Here we can seek to understand the particular nuanced ways that open-source software supports the democratization of cybersecurity:
Increased Accessibility To Cybersecurity Tools: Open source solutions ensure that cybersecurity resources, tools, and knowledge are readily available and accessible to a wide range of users, regardless of their technical expertise, financial resources, or geographic location. This enables individuals and smaller organizations, non-profit organizations, and underserved communities to protect themselves against cyber threats.
Community Involvement In Security-Minded Discourse: Encouraging community participation and collaboration in cybersecurity efforts is crucial. This includes fostering a culture of information sharing, crowdsourcing threat intelligence, and engaging in collaborative security initiatives and services to provide direct access to cybersecurity professionals of all levels of expertise and experience.
Education and Awareness: Democratizing cybersecurity involves educating and raising awareness among users about the importance of cybersecurity practices and hygiene. It empowers individuals and organizations with the knowledge to protect themselves.
Better Products Through Collaboration: Open source software and open standards often play a role in making cybersecurity technologies, standards, and information openly available for scrutiny and collaboration. in this process.
Reducing Dependence: Reducing dependence on a single vendor or entity for cybersecurity solutions results in a more sustainable software ecosystem. This also fosters competition and choice, enabling users to select solutions that best meet their needs and preferences and gives them a solid foundation to start building their own custom solutions.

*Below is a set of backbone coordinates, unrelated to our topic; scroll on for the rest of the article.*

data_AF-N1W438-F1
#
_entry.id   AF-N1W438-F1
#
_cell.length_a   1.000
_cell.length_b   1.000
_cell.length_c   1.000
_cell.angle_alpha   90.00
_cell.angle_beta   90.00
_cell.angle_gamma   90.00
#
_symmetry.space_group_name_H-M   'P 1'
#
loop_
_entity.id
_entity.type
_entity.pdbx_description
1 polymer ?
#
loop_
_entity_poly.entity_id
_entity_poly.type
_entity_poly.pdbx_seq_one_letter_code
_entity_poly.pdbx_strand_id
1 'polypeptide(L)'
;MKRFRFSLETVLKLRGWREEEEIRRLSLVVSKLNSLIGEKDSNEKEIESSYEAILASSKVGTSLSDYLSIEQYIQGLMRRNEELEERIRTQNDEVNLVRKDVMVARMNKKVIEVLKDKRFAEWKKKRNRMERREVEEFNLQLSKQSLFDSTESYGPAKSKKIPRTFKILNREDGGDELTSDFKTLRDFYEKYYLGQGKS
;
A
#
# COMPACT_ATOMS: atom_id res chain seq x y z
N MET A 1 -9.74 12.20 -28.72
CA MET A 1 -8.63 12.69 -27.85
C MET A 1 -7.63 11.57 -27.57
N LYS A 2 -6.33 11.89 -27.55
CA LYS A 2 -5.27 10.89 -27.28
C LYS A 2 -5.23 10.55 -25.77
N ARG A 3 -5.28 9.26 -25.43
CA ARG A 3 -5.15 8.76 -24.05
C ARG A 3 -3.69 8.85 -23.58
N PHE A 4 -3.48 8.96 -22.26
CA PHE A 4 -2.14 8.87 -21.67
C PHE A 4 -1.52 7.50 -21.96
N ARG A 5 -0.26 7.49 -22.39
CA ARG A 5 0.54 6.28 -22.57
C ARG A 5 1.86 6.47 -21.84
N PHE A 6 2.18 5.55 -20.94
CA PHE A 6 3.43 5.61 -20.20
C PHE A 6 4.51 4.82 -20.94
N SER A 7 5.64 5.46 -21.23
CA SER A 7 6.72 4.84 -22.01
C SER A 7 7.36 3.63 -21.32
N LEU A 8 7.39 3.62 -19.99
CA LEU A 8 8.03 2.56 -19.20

Global Reach: Democratizing cybersecurity recognizes that cyber threats are global and that solutions should be accessible and relevant to a global audience. It seeks to address cybersecurity challenges on a global scale.
Adaptability: Democratization involves adapting cybersecurity measures to different contexts and environments. This recognizes that one-size-fits-all solutions may not work for everyone and that those who require custom tools can draw from an existing repository of open-source software created by community efforts.
OpenVAS being part of Greenbone’s broader open-source technology stack, represents a greater public value than the mere sum of its parts as a vulnerability management solution. Greenbone supports the democratization of cybersecurity in the following ways:
The source code building blocks of open-source software are publicly available for download and review by anyone, as opposed to a proprietary closed-source software product model where code is protected as a form of intellectual property. The development of OpenVAS contributes to a shareable economy of cybersecurity infrastructure that can be leveraged without the added costs of software licensing.
While Greenbone Enterprise Edition is available for larger organizations with a need for increased security assurances, Greenbone’s Community Edition provides a complete platform for vulnerability management free of charge.
The financial threat of cybercrime looms large, putting pressure on organizations to make more efficient use of their existing IT security talent and simultaneously grow the next generation of skilled IT security professionals. The need for more investment into cybersecurity research and development is an important ongoing factor that will ultimately determine the cyber-resilience of global organizations of all shapes and sizes. SMEs and organizations within marginalized groups will especially face the most difficulty in allocating an adequate budget for advanced cybersecurity defenses.
Also, as our societies continue to digitize, the risks to critical infrastructures, personal data, and business continuity impact everyone in society to some degree and it is especially encouraging to see exemplary leaders such as Núñez Feijóo of Gaicia taking measures to ensure not only better IT security posture for themselves, but also, supporting open source cybersecurity initiatives that foster a culture of democratization of IT security.